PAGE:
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Public’s satisfaction with the NHS at lowest level in over a decade

Public satisfaction with the NHS has fallen to its lowest level since 2007, according to analysis of the 2018 British Social Attitudes (BSA) survey.

The survey, carried out by the National Centre for Social Research (NatCen), finds that, following a sharp drop in 2017, public satisfaction with the health service fell by a further 3 percentage points in 2018.

It now stands at 53%, its lowest level in over a decade and 16 percentage points below its historical peak of 70% in 2010.

The continued fall in satisfaction came despite Prime Minister Theresa May’s announcement last June – just before the interviews for the survey were undertaken – of a £20bn long-term funding boost for the health service.

The analysis by The King’s Fund and the Nuffield Trust also reveals that public satisfaction with general practice has declined over the past decade.

In 2018, it remained at its lowest level since the survey began in 1983 (63%), while dissatisfaction with general practice remained at its highest level since the survey began. Almost a quarter (24%) of respondents reported being dissatisfied with their GP service – double the level of dissatisfaction in 2009.

The founding principle of the NHS, that it is free at the point of use, remains one of the primary reasons people are satisfied with the NHS (selected by 62% of satisfied respondents).

The survey also reported an increase over the past three years in the proportion of people who cited quality of NHS care as a reason for their satisfaction (71%).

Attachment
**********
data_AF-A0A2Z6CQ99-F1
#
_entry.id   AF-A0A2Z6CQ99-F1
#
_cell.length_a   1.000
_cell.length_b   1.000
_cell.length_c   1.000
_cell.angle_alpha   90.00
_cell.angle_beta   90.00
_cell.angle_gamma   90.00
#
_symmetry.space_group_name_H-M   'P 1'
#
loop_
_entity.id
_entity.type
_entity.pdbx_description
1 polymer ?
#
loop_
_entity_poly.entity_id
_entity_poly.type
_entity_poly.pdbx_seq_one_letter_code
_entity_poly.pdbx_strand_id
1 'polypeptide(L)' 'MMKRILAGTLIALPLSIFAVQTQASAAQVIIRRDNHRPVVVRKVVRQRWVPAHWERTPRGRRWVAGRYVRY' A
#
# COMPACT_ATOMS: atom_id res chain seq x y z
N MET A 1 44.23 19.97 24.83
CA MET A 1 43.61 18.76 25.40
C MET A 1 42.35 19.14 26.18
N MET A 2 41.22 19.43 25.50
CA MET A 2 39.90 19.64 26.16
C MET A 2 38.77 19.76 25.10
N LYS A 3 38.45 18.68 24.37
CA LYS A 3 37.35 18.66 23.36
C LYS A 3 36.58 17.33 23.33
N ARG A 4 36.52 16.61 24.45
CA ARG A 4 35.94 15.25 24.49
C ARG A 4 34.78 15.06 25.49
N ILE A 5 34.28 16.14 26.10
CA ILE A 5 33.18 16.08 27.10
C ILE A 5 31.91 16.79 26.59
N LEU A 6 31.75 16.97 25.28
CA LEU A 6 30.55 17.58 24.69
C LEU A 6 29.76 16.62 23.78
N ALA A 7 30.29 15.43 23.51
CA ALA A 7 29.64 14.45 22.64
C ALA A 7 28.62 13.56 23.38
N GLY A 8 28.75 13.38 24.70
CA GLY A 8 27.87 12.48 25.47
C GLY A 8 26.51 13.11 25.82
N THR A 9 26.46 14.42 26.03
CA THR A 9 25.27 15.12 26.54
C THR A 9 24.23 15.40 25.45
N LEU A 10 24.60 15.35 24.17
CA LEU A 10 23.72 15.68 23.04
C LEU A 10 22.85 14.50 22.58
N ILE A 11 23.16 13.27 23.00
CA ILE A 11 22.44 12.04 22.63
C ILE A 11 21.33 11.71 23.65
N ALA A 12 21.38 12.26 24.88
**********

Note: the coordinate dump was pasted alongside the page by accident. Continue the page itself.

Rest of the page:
Concerns over waiting times, NHS staff shortages and inadequate funding remained the top three reasons people gave for being dissatisfied with the NHS in 2018.

Ruth Robertson, Senior Fellow at The King’s Fund said: “Despite the outpouring of public affection around the NHS’s 70th birthday and the Prime Minister’s funding boost, public satisfaction with how the NHS is run now stands at its lowest level in over a decade. In the short term at least, the promise of more money doesn’t appear to buy satisfaction.

“The public identified long-standing issues such as staff shortages and waiting times amongst the main reasons for their dissatisfaction and cash alone will not solve these.”

Other key findings from the survey include:

  • Satisfaction with hospital services has fluctuated in recent years, but in 2018 an 8 percentage point increase in satisfaction with inpatient services takes it to its highest level since 1993 (63%) and a 5 percentage point increase in satisfaction with outpatient services takes it to the highest level since the survey began (70%).
  • Satisfaction with both inpatient and outpatient hospital services was higher among those who have used those services recently or have friends or family members who have done so than among those who had no contact with inpatient services by either themselves or their friends and family.
  • Overall satisfaction with the NHS was higher among people aged 65 years or older (61%) than among adults under 65 (51%).

Niall Dickson, chief executive of the NHS Confederation, said: “These findings show the inevitable consequence of starving the NHS of funding for the best part of a decade. We should be under no illusions about the scale of the task we face to restore public confidence in the health service.”

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One Response to “Public’s satisfaction with the NHS at lowest level in over a decade”

  1. winston says:

    Some good aspects in survey.
    However every day the left keep having a go at the NHS due to funding
    In the last year the NHS saved both my mother and sister and eight years ago my mother was told that she would have died.two of my children had babies and I have attended both outpatients and A&E
    They are doing a very good job and should be praised.

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